The unsung heroes
In Ethiopia, early childhood teachers help rural children gain fundamental skills with love and play
Despite its proven lifelong benefits, globally, nearly half of all pre-primary-age children are not enrolled in preschool. The case is not any different in Ethiopia. The pre-primary gross enrolment rate is only 44 per cent. The picture is even bleaker in rural Ethiopia where resources are acutely inadequate. Despite poor infrastructure and limited learning materials, dedicated early childhood teachers in Ethiopia are going the distance to build the foundation for children’s journies in education with love and play.
Every morning at Weyra Lalo primary school in the Southern Nations Nationalities and Peoples’ Region (SNNPR), Asnakech Tadesse and her colleague Asekalech Malorohave a play session with 5 and 6-year-old children. While sitting in a circle, the children start singing and then the games begin. They sing about the environment, the five senses and numbers, and the alphabet. Turn by turn, boys and girls take the lead in the games with smiles on their faces. "I am extremely happy to teach these kids, as they are the future generation who can be leaders. They are full of energy. The way we teach them is different from the other grades. Helping them learn, grow, and keeping them safe is our responsibility," says Asnakech.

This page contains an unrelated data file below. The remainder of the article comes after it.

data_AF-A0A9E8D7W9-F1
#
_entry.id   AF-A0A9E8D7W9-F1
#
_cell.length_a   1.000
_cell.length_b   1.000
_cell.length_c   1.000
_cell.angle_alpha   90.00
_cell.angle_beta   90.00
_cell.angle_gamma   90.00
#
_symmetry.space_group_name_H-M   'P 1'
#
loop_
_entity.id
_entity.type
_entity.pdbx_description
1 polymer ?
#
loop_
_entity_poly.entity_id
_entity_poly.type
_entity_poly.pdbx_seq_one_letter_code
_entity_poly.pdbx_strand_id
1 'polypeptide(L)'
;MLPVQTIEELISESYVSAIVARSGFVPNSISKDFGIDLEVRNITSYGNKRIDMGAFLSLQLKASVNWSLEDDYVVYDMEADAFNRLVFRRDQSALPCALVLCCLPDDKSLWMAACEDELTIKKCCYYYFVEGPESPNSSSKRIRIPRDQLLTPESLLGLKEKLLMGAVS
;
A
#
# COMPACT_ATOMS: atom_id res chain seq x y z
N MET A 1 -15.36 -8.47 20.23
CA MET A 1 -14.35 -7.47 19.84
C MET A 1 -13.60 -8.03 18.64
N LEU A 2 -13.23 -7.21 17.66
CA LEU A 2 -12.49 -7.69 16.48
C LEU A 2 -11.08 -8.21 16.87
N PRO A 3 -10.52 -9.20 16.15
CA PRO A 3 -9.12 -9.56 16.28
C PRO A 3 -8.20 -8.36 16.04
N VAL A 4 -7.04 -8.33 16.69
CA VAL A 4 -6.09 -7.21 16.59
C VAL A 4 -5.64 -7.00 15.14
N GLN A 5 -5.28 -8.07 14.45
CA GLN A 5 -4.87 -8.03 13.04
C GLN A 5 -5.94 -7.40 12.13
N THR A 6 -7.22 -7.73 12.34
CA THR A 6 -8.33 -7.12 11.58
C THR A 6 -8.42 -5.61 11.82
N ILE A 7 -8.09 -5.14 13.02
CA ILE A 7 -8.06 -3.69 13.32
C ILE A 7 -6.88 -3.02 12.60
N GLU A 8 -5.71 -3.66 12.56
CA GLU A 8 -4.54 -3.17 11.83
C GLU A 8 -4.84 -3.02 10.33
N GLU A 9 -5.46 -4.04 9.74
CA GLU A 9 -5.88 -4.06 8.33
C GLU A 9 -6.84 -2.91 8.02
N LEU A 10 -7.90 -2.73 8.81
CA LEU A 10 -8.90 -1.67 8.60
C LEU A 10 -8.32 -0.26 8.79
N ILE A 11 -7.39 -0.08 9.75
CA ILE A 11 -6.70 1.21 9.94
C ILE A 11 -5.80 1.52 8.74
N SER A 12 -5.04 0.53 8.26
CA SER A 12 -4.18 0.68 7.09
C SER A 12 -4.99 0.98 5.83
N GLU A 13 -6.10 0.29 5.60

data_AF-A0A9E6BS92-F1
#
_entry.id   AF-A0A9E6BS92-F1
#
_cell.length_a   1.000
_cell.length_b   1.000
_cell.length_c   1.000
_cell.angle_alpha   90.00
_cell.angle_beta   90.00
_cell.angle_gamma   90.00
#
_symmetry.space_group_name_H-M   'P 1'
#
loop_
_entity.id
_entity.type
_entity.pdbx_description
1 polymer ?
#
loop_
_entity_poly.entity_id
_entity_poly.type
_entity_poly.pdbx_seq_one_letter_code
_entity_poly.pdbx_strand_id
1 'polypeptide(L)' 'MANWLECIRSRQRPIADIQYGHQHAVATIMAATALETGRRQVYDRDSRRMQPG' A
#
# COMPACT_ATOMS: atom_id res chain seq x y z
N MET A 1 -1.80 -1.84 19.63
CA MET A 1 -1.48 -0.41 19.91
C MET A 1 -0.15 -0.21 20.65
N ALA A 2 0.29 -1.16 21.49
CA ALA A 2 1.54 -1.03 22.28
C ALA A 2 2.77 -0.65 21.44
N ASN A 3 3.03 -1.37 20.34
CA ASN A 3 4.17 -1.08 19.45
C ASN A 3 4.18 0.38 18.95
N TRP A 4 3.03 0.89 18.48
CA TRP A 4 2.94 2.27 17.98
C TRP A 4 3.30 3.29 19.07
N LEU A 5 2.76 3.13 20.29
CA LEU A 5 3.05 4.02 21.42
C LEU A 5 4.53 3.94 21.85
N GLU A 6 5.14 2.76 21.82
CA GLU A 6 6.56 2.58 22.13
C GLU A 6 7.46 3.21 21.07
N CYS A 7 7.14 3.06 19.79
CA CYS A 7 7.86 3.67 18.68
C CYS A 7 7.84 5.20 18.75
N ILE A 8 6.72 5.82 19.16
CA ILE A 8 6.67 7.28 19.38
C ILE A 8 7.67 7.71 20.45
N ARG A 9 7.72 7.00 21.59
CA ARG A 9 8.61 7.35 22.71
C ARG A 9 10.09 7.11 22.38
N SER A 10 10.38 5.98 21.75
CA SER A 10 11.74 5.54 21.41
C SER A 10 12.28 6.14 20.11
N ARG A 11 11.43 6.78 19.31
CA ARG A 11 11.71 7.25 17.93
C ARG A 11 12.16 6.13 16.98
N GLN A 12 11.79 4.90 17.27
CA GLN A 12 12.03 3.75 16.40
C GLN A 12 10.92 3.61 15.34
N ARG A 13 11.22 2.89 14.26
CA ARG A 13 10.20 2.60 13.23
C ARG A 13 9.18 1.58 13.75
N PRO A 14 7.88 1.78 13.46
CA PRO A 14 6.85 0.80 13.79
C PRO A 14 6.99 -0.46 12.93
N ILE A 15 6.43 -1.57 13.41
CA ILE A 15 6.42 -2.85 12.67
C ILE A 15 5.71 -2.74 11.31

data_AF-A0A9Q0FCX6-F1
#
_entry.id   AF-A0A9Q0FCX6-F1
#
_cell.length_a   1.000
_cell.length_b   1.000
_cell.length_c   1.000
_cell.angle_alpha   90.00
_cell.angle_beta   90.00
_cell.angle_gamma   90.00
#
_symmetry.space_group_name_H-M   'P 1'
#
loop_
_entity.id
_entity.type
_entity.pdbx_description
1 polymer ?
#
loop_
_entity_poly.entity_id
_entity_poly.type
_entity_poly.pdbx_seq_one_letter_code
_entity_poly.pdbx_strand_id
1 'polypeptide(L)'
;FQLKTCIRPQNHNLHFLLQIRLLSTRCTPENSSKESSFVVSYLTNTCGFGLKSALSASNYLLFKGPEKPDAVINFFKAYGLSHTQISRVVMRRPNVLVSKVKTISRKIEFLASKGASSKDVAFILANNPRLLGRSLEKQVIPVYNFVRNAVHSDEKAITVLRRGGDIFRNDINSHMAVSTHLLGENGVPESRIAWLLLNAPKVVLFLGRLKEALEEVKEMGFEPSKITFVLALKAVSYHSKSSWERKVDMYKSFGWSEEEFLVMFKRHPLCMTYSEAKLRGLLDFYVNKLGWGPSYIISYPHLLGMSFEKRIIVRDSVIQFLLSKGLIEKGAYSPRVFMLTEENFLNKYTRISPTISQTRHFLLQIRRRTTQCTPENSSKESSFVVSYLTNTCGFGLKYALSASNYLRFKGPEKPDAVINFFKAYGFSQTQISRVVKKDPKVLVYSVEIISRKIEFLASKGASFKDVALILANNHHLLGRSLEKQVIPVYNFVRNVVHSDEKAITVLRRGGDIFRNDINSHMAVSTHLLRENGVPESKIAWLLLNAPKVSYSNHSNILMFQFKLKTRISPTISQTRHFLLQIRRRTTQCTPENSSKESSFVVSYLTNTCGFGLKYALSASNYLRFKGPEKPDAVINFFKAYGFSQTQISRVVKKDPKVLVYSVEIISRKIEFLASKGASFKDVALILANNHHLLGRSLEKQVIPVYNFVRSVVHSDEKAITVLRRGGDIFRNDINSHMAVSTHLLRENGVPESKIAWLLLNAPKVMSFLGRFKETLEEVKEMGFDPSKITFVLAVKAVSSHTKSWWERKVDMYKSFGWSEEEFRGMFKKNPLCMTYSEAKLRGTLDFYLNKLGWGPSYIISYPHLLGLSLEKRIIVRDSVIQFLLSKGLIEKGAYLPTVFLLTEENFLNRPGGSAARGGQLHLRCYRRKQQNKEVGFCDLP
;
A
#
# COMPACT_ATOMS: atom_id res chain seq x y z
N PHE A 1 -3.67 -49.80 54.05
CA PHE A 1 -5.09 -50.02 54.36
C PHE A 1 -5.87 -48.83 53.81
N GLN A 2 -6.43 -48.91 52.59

"Every day is a new day for me. I feel happy when I realize that I am going to teach them. We teach them in the form of a play or a song, and they like it! Learning new things makes them happy. I wish to see these children excel in their studies," adds Asekalech. For the past five years, Askalech is helping children in the villages to attend the pre-primary class even though space is an issue in Weyra Lalo school. She believes that ‘every child deserves a chance to an education’ as it reads on the small blackboard she holds.
After the outdoor session ends, the indoor activities continue. Individually and in groups, the kids learn how to make shapes with building blocks and other locally-made toys. Eyassu, 6, loves planes. He still needs to learn how to make one. When he grows up, he wants to be a pilot “I am happy to come to school,” he says, “Here I can play, sing, and spend time with my friends.”
While Eyassu wishes to be a pilot, Selamawit wants to ‘go for the best’ of her dream to become a teacher. "I prefer to come to school instead of staying at home. I love playing football, jumping rope, and singing. When I grow up, I want to be a teacher."
Early childhood education helps children gain critical skills that shape their future. Laying this foundation earlier not only helps children reach their full potential but also benefits countries to gain the human capital needed to reduce inequalities and poverty. In doing so, Asnakech and Askelech are taking responsibility with passion despite limited resources and inadequate pay. They are the unsung heroes.
In SNNP, UNICEF with support promotes early childhood education by training facilitators and school leaders. UNICEF also provides learning and playing materials to schools.